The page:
He wrote of seeing an Indian pictograph showing “a battle between three other people on horseback and three others on foot.” A study commissioned by the BLM in 2001 documented some 2,000 separate names, dates, initials, graffiti and pictographs on the monument.
“A steady stream of trappers, surveyors, soldiers, settlers, ranchers, farmers, and even picnickers engraved their names on Pompeys Pillar,” the report said. “They left no accessible section of the butte untouched.”
The report said one cowboy, in 1915, even managed to carve his name on a seemingly inaccessible cliff face by having his companions lower him down to the spot with ropes tied to his saddle.
From the top of the monument, Kitchens said, you can also see, in effect, the history of the West, starting with the river itself, an important transportation corridor, and expanding out to old wagon trails, the railroad and the interstate highway. There are also vestiges of early homesteads and the Huntley Project’s system of irrigation canals.
“You have just this chronicle of all the people that have come through,” Kitchens said. “I don’t know that I’ve been to another place in our country where you can say that.”
The crossroads continues to attract lots of people. Kitchens said about 35,000 people entered the site during the summer season last year, and another 500 to 1,000 a month visited in the off-season.
He said visitors generally fall into one of four categories. The first are residents of the surrounding area, including Billings, who bring out-of-town friends or relatives to the site. The second are more or less accidental visitors who see the signs as they are driving by and decide to check it out.
Then there are people specifically on the Lewis and Clark trail, perhaps visiting sites along one segment of the trail from St. Louis to the West Coast every summer. In the final category are serious Lewis and Clark buffs from all over the world who want to stand in the one spot where one of the famous explorers is definitely known to have stood.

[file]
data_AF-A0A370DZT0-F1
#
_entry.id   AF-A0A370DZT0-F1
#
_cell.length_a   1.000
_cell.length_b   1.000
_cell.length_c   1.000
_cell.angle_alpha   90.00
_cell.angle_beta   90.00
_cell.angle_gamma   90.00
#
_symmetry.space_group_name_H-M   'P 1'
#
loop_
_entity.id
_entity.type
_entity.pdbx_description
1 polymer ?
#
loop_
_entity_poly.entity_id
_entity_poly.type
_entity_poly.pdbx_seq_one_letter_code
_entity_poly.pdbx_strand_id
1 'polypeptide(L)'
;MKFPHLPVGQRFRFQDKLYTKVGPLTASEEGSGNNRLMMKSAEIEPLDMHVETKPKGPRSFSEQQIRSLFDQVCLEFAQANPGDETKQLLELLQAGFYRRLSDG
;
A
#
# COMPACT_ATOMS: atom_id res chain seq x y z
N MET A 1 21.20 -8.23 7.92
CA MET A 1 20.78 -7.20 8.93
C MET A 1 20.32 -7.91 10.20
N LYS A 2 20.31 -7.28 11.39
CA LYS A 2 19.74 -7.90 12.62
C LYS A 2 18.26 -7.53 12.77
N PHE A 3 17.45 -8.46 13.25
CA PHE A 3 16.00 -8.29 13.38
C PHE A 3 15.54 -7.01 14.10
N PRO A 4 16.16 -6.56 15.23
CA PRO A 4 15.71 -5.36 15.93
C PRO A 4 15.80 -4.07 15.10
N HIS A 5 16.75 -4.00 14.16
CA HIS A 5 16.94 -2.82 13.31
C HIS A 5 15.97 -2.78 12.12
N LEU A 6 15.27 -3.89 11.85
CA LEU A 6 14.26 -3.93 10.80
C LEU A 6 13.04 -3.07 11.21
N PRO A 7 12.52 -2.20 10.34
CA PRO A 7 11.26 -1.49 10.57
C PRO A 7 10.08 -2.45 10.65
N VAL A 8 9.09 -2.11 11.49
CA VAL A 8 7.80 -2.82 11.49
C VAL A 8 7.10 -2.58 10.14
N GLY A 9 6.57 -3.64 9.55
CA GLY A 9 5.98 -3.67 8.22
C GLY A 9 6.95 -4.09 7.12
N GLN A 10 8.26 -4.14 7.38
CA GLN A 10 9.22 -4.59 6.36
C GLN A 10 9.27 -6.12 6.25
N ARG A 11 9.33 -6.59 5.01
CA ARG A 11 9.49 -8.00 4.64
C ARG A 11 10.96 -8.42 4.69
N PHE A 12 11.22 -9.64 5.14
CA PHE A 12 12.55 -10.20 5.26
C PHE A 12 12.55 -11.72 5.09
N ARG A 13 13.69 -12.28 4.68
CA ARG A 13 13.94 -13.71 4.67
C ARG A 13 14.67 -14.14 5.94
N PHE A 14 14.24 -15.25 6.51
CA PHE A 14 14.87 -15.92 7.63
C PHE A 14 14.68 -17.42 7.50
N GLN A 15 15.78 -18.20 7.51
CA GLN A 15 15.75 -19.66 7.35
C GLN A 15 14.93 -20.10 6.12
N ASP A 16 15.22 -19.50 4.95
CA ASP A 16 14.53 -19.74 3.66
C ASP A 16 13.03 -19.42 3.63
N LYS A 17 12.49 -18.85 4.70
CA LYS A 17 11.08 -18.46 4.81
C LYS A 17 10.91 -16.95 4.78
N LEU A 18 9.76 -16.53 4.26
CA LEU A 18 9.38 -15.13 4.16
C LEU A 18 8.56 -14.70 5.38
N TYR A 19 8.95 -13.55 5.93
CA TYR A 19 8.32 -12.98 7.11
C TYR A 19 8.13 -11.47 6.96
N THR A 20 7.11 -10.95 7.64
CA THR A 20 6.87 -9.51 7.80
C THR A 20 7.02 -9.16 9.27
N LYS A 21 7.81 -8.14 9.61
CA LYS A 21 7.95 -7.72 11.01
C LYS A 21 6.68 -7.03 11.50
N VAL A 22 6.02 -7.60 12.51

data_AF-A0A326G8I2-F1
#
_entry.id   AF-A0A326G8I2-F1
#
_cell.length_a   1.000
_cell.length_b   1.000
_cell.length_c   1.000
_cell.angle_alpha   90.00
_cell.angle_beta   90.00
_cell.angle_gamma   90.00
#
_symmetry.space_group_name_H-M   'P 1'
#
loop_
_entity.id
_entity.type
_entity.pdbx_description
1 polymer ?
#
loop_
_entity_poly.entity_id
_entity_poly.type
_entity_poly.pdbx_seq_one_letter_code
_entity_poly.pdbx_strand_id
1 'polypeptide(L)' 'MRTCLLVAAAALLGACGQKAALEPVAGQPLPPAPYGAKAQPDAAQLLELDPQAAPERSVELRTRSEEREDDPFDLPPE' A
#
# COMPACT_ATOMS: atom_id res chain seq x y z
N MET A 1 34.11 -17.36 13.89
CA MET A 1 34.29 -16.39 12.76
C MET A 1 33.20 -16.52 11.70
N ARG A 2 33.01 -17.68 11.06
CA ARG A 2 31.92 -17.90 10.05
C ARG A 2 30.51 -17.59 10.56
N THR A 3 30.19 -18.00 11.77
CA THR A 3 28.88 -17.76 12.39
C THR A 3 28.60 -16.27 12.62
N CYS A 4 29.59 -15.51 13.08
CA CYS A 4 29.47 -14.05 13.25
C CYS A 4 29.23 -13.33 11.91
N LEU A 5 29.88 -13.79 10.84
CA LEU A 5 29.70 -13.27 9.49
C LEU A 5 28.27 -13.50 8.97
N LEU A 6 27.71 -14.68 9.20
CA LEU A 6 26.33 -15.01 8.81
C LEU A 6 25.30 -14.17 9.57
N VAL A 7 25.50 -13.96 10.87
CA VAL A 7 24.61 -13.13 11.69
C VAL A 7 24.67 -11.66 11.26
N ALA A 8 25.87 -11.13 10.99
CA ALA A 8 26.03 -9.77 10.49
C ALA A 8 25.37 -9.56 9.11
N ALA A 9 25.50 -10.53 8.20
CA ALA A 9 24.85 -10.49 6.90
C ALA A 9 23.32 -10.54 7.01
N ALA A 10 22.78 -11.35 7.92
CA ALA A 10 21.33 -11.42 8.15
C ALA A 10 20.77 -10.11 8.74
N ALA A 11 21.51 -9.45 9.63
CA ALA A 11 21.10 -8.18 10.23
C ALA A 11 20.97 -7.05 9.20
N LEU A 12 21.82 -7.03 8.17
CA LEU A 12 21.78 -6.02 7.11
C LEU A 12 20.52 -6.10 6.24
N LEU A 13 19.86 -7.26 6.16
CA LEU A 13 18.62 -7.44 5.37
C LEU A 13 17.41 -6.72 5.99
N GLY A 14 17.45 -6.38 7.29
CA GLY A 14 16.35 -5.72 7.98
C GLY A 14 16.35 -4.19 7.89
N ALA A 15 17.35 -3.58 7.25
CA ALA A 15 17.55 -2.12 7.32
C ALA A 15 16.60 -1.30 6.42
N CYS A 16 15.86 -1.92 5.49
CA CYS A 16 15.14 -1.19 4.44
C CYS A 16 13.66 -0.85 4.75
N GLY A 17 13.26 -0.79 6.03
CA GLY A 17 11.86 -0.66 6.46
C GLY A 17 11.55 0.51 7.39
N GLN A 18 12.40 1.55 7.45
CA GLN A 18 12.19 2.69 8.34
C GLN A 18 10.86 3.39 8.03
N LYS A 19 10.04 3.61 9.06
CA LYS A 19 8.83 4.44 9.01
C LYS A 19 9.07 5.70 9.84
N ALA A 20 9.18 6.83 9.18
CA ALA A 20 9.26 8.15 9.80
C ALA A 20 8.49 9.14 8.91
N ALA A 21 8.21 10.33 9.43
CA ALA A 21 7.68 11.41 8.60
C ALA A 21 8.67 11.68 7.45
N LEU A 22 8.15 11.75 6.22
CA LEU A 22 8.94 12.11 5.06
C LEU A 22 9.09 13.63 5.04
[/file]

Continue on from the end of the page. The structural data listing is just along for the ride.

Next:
The monument was privately owned for many years, most recently by the Foote family, and in 1965 it was designated a National Historic Monument. It was acquired by the BLM in 1991 and reopened to the public in May 1992.
In addition to the pillar itself, the extensive grounds have paved and unpaved trails dotted with interpretive kiosks, and in the interpretive center there are numerous displays, including interactive displays, and a gift shop.
“If you take the time to do all of it, it’s easily a two-hour venture,” Kitchens said.
Clark Days this year will be on July 25 and 26. It will include presentations, interpretive programs, demonstrations and nature walks, and Saturday, July 25, will be the only night of the year on which overnight camping is allowed.
The BLM gets a lot of help from the Friends of Pompeys Pillar, which coordinates the activities of volunteers who work in the Interpretive Center, lead tours, serve as greeters, do landscaping and work in other positions around the site. Kitchens said 220 volunteers put in 6,300 hours during the 2014 season.
Kitchens hopes that having the volunteer cleanup day on Saturday’s opening will encourage more people to get involved.
“Any chance that you have where the community can feel actively engaged in a part of something, they tend to have more of a stake in it,” he said. “I mean, having a national monument in your backyard in Billings is kind of cool.”
Details: There is a new fee structure this year for Pompeys Pillar National Monument. An annual pass is $20. A daily pass for noncommercial visitors is $7 for groups of six or fewer people, $12 for groups of 7-24 and $20 for groups of more than 25 people.
You can drive to the monument from Billings on Interstate 94 or take the more interesting Highway 312.